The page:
perfect square

hi

I am wondering whether there is any systematic way to determine for what values of x this function is a perfect square : f(x) = square root ( x!+1)

Roger

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 Recognitions: Homework Help Science Advisor Hmm, well, thinking about it for a moment it's the same as saying: $$x! + 1 = y^4 \quad \text{for some} \quad x \, , y \, \in \mathbb{N}$$ Clearly: $$y \neq i \quad \text{for} \quad i = 1, \ldots, x$$ Therefore we must have $$x! > x^4$$, this is satisfied for all $$x > 6$$ We can reduce the problem yet further to: $$x! = y^4 - 1$$ Or: $$x! = (y - 1)(y + 1)(y^2 + 1)$$ Given that x > 6, then there must me at least a factor of 24, therefore y must be odd. So letting y = 2m + 1, giving us: $$x! = 8m(1 + m)(1 + 2m + 2m^2)$$ Also if x > 6 then 5 must be a factor of this. Take this polynomial modulo 5 and see what you get Just stuck that together, but it seems to be right EDIT: Well none of my LaTeX seems to have come out, don't know why, if a mod could help I'd be greatly appreciative
 Recognitions: Homework Help Science Advisor Well assuming my LaTeX never comes through properly, here is the post again: Hmm, well, thinking about it for a moment it's the same as saying: x! + 1 = y4 For some x,y natural numbers Clearly: y =\= i For: i = 1, ..., x Therefore we must have x! > x4, this is satisfied for all x > 6 We can reduce the problem yet further to: x! = y4 - 1 Or: x! = (y - 1)(y + 1)(y2 + 1) Given that x > 6, then there must me at least a factor of 24, therefore y must be odd. So letting y = 2m + 1, giving us: x! = 8m(1 + m)(1 + 2m + 2m2) Also if x > 6 then 5 must be a factor of this. Take this polynomial modulo 5 and see what you get Just stuck that together, but it seems to be right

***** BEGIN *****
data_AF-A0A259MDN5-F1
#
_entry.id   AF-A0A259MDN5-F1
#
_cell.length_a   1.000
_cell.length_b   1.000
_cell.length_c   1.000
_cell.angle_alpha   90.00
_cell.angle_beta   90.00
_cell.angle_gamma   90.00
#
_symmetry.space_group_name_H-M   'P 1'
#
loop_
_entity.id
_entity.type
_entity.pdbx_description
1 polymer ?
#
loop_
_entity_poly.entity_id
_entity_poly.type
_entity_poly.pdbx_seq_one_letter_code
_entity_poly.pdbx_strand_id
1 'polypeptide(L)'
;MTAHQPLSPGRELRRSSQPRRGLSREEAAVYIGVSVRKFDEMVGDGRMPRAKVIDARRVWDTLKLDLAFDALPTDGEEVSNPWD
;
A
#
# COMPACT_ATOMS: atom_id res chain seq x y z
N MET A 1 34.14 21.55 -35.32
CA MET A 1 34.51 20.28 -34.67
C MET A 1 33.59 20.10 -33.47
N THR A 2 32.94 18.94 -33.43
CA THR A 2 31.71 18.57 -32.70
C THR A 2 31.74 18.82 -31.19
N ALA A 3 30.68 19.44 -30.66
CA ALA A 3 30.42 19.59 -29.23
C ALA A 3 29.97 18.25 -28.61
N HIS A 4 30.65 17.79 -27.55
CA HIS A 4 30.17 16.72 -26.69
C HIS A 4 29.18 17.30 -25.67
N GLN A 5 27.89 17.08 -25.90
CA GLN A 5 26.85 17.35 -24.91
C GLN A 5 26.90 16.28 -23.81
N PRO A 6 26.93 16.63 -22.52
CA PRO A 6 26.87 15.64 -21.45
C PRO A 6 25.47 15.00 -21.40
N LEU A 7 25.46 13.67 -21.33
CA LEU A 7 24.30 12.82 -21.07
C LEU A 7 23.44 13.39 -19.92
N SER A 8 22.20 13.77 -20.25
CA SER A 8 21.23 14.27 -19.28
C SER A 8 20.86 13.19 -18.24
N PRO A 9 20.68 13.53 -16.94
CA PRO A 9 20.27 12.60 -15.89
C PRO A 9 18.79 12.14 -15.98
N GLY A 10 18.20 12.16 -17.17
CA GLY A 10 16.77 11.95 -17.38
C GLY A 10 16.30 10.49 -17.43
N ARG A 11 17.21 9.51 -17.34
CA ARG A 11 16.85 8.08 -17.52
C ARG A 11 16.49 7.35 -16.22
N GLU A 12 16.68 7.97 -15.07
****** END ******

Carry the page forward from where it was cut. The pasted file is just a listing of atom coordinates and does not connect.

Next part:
perfect square

I have difficulty reading what's been written, but the first of all it's not
x!=(y^4)-1 its x!=(y^2)-1

Recognitions:
Homework Help
 Quote by roger I have difficulty reading what's been written, but the first of all it's not x!=(y^4)-1 its x!=(y^2)-1
Well you said:

f(x) = square root ( x!+1) is a perfect square, which is the same as:

square root ( x!+1) = y^2

or:

x! + 1 = y^4

Please try and be more clear next time. But the same principle still applies, try and prove that this never is the case (which I am guessing is so)

 To be honest, I dont get what your doing.
 It was my mistake, it should have been square not (^4)
 I've re read what you wrote but , I cannot understand it. Please explain to me what your doing ?
 Ok, I will write it out again to avoid confusion. x!+1=y^2 obviously x=4 gives a perfect square, and so is x=5. All I'm trying to find is an easy way to find which values of x give me a perfect number, without keeping substituting the values in, that's all.
 In other words, you are asking: $$\text{For what values of }n \in \mathbb{N}\;\text{is }\sqrt {n! + 1} \in \mathbb{N}\;?$$
 Recognitions: Homework Help Science Advisor Yeah, I've just had a hack at my method and I don't seem to be coming up with anything, it seems mine was only appropriate for powers of 4 I did a quick little computation and got: 7! + 1 = 712 However I think you will be stumped to find anymore, look near the bottom of this page: http://mathworld.wolfram.com/FactorialSums.html